Tips for Enjoying a Solar Eclipse While Camping
For the first time in seven years, the sun will go dark in one of nature’s greatest phenomenon’s – a total solar eclipse! On Monday, April 8, 2024, the Sun, the Moon, and the Earth will align, putting the sky into epic and unforgettable temporary darkness. The eclipse will cross North America, passing over Mexico, the United States, and Canada – beginning over the South Pacific Ocean. Weather permitting, the first location in continental North America that will experience totality is Mexico’s Pacific coast around 11:07 a.m. PDT.
The path of the eclipse continues from Mexico, entering the United States in Texas, and traveling through Oklahoma, Arkansas, Missouri, Illinois, Kentucky, Indiana, Ohio, Pennsylvania, New York, Vermont, New Hampshire, and Maine. The eclipse will enter Canada in Southern Ontario, and continue through Quebec, New Brunswick, Prince Edward Island, and Cape Breton. The eclipse will exit continental North America on the Atlantic coast of Newfoundland, Canada, at 5:16 p.m. NDT.
Angola/Hogback Lake KOA Holiday in Angola, IN will experience a PARTIAL ECLIPSE.
Partial Eclipse Begins 1:54 pm EDT
Maximum 3:11 pm EDT
Partial Ends 4:25 pm EDT
Below are a few tips for you and your family to safely witness this once in a lifetime event!
SKY GAZING SAFETY TIPS
- Do not look directly at the sun with the naked eye. Always wear solar glasses that meet the requirements of ISO 12312-2 safety standard with special purpose solar filters to keep your eyes safe. NOTE: Homemade filters or sunglasses are not safe for looking directly at the sun during an eclipse.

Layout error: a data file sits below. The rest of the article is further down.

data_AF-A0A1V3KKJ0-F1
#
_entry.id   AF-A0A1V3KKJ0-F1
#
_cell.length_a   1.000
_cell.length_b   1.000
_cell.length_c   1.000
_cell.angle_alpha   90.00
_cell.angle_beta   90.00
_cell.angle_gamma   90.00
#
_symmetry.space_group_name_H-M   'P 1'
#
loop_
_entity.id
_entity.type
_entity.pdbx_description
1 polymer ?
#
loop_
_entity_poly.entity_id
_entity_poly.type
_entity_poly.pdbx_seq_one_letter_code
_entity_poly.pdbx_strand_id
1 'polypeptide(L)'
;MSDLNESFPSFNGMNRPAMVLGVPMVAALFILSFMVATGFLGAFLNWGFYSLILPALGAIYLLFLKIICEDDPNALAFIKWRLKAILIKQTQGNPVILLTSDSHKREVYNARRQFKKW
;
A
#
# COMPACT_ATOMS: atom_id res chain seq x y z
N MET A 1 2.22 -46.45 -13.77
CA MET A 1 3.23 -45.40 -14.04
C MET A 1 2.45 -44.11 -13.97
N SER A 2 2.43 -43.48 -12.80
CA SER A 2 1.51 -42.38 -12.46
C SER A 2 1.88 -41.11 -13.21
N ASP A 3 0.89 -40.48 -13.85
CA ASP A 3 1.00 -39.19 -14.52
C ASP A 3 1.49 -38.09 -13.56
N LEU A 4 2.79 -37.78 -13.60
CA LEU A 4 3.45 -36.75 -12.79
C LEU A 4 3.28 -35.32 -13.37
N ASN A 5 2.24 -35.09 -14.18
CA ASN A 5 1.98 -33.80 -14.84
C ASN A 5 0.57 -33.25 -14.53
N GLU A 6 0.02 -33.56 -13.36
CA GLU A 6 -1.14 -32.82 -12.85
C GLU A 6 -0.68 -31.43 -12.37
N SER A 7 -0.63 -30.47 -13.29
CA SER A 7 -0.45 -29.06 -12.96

- Always inspect your solar filter before use, if filter is found scratched or damaged, discard it.
- Supervise children using solar filters.
- It is safe to remove your solar filter during the narrow path of totality, when the Moon entirely blocks the Sun and it suddenly becomes dark.
- Replace your solar viewer as soon as the bright sun begins to reappear to glance at the remaining partial phases.
- Cover your eyes with eclipse glasses solar viewer before looking up at the bright sun. After looking at the sun, turn away and remove your filter — do not remove it while looking at the sun.
- If you normally wear eyeglasses, keep them on. Place your eclipse glasses over them, or hold your handheld viewer in front of them.
- Always have a solar filter attached to the front of any telescope, binocular, camera lens, or other optics.
- Never look at the un-eclipsed or partially eclipsed sun through an unfiltered camera, telescope, binoculars, or other optical device.
- Similarly, do not look at the Sun through an unfiltered camera, telescope, binoculars, or any other optical device while using your eclipse glasses or handheld solar viewer in front of your eyes — the concentrated solar rays could damage the filter and enter your eyes, causing serious injury.
- Avoid using bright, white lights. This will allow your eyes to more quickly adjust to the sudden darkness. If you must use a flashlight during the eclipse, utilize the red light mode if your flashlight has one.
HOW TO MAKE A SOLAR ECLIPSE VIEWER